The park was busy that particular day. The field was filled with children playing soccer. It wasn't the time I normally liked to walk my dog and old pal, Whitey, but the shouts of laughter drew me toward the field. Whitey plopped down beside me with a resigned sigh as I stood to watch the action on the soccer field for a bit. Just then I took notice of the bustle of activity to my right. A cloud of dust surrounded his black sneakers as the skinny boy danced from foot to foot. By his height he looked to be about twelve years old.


"It's okay, they've got two points but we'll make a hundred!" he shouted out to no one in particular.


He shimmied and then moon-danced toward a pine tree where he jumped up to grab a needle from the low hanging branch. His giant oversized black shorts which reached below his knees swirled as he spun around and around. He was a picture of constant movement. Suddenly he halted. His blue eyes narrowed as he spotted a styrofoam cup. He crouched and sprung in the air, his hair flying up and above his head like a wild golden spray of wheat. He landed and the cup was history.


"John, you're left wind. Get in there."


With a flail of his arms to propel himself forward he charged onto the field, his cheeks so ruddy that his red shirt looked pink.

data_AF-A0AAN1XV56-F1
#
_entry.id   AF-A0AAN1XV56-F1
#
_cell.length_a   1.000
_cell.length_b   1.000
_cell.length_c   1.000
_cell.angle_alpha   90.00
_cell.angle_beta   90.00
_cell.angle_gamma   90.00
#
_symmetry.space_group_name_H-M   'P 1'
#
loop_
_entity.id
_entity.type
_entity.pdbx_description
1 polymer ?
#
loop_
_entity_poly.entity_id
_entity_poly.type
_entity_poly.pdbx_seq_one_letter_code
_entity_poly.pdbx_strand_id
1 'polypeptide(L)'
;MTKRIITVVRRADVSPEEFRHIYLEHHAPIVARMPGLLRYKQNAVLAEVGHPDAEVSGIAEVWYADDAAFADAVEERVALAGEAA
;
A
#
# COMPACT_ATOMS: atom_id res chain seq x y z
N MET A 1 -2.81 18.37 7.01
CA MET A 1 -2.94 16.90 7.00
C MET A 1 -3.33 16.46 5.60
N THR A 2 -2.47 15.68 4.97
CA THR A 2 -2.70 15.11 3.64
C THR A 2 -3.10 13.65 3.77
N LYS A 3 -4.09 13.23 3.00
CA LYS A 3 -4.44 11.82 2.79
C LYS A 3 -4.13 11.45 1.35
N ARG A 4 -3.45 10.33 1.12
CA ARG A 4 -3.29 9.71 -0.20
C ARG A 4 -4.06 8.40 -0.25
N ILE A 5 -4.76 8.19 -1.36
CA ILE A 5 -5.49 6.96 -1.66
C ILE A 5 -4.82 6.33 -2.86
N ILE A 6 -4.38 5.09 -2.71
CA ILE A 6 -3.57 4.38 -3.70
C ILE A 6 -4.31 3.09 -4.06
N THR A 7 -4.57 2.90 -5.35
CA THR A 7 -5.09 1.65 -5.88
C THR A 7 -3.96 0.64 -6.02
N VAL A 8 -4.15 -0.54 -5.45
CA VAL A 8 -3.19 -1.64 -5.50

"Wing man, stay back. Cover your territory."


He leapt into action jumping left, then right, then left again. The ball flew toward him. He pressed his full rosy lips together and scowled with determination. He pulled his dirty scruffed leg back then forward to strike the ball. It zoomed up high and straight.


"No, No! John! Stop!"


John planted his feet to halt and turned, his hair slowly following to settle neatly about his face. He looked toward the screaming voice on the sideline while a dark-haired boy in a white shirt raced past him to kick the ball.


John raised his hand up in the air and smacked his forehead.


"Doh! That's not my goal," he wailed. He then ducked his head and started to race toward the fleeing soccer ball. In spite of the fact that his limbs moved in all crazy directions he was fast and quickly caught his prey. His foot hooked around his opponent's leg.




The small but stocky boy in his spotless white uniform stumbled and landed in a flying heap of dirt.


"Owwww!" cried the boy as he grabbed his shim and rolled about the ground.


"Foul!" cried the referee.


"Are you okay?" exclaimed John as he placed his arm over the boy's shoulder.


"Yeah, I guess," he replied.


John offered him a hand up and then danced off in the direction of the ball.


"Stay in position left wing," shouted a deep voice near where Whitey and I were watching in mesmerized silence.


John lifted his head and darted off down the field in a new direction. His mouth spread wide into a bright toothless grin.


"Don't worry," he yelled to his coach as he flew past, "I'm on the ball! We're gonna win by a zillion!"


With that Whitey sat up and let out a howl of support and we slowly walked off toward the trees and the duck pond. My slow-waddling old bulldog and I had no doubt that the little towhead in the giant-sized soccer uniform with the gummy smile would eventually find the right goal and help his team win by a mile.



The Plan